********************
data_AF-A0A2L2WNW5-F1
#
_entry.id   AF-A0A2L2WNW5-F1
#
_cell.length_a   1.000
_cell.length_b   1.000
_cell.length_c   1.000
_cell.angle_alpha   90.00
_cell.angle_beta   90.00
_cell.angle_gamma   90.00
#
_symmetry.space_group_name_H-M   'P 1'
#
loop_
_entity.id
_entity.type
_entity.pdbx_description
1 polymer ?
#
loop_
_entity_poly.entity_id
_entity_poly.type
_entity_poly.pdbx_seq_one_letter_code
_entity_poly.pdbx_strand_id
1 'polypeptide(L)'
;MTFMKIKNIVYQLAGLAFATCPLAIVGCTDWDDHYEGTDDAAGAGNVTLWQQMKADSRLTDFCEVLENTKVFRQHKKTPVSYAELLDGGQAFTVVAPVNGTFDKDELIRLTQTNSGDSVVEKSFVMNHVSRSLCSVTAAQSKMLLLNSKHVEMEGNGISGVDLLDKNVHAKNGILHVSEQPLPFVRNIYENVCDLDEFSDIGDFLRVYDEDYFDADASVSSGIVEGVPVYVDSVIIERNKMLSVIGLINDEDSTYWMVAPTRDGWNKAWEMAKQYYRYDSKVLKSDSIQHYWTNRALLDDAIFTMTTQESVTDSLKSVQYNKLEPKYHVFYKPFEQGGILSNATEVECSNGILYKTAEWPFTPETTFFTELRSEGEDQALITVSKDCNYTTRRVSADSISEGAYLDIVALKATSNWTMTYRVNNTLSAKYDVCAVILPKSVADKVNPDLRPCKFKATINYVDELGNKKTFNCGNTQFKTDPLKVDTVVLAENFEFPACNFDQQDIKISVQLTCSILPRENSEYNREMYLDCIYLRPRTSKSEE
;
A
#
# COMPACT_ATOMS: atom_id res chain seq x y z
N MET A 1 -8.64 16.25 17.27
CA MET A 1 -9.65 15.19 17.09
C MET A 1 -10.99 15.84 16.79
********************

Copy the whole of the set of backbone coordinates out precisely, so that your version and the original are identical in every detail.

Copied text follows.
data_AF-A0A2L2WNW5-F1
#
_entry.id   AF-A0A2L2WNW5-F1
#
_cell.length_a   1.000
_cell.length_b   1.000
_cell.length_c   1.000
_cell.angle_alpha   90.00
_cell.angle_beta   90.00
_cell.angle_gamma   90.00
#
_symmetry.space_group_name_H-M   'P 1'
#
loop_
_entity.id
_entity.type
_entity.pdbx_description
1 polymer ?
#
loop_
_entity_poly.entity_id
_entity_poly.type
_entity_poly.pdbx_seq_one_letter_code
_entity_poly.pdbx_strand_id
1 'polypeptide(L)'
;MTFMKIKNIVYQLAGLAFATCPLAIVGCTDWDDHYEGTDDAAGAGNVTLWQQMKADSRLTDFCEVLENTKVFRQHKKTPVSYAELLDGGQAFTVVAPVNGTFDKDELIRLTQTNSGDSVVEKSFVMNHVSRSLCSVTAAQSKMLLLNSKHVEMEGNGISGVDLLDKNVHAKNGILHVSEQPLPFVRNIYENVCDLDEFSDIGDFLRVYDEDYFDADASVSSGIVEGVPVYVDSVIIERNKMLSVIGLINDEDSTYWMVAPTRDGWNKAWEMAKQYYRYDSKVLKSDSIQHYWTNRALLDDAIFTMTTQESVTDSLKSVQYNKLEPKYHVFYKPFEQGGILSNATEVECSNGILYKTAEWPFTPETTFFTELRSEGEDQALITVSKDCNYTTRRVSADSISEGAYLDIVALKATSNWTMTYRVNNTLSAKYDVCAVILPKSVADKVNPDLRPCKFKATINYVDELGNKKTFNCGNTQFKTDPLKVDTVVLAENFEFPACNFDQQDIKISVQLTCSILPRENSEYNREMYLDCIYLRPRTSKSEE
;
A
#
# COMPACT_ATOMS: atom_id res chain seq x y z
N MET A 1 -8.64 16.25 17.27
CA MET A 1 -9.65 15.19 17.09
C MET A 1 -10.99 15.84 16.79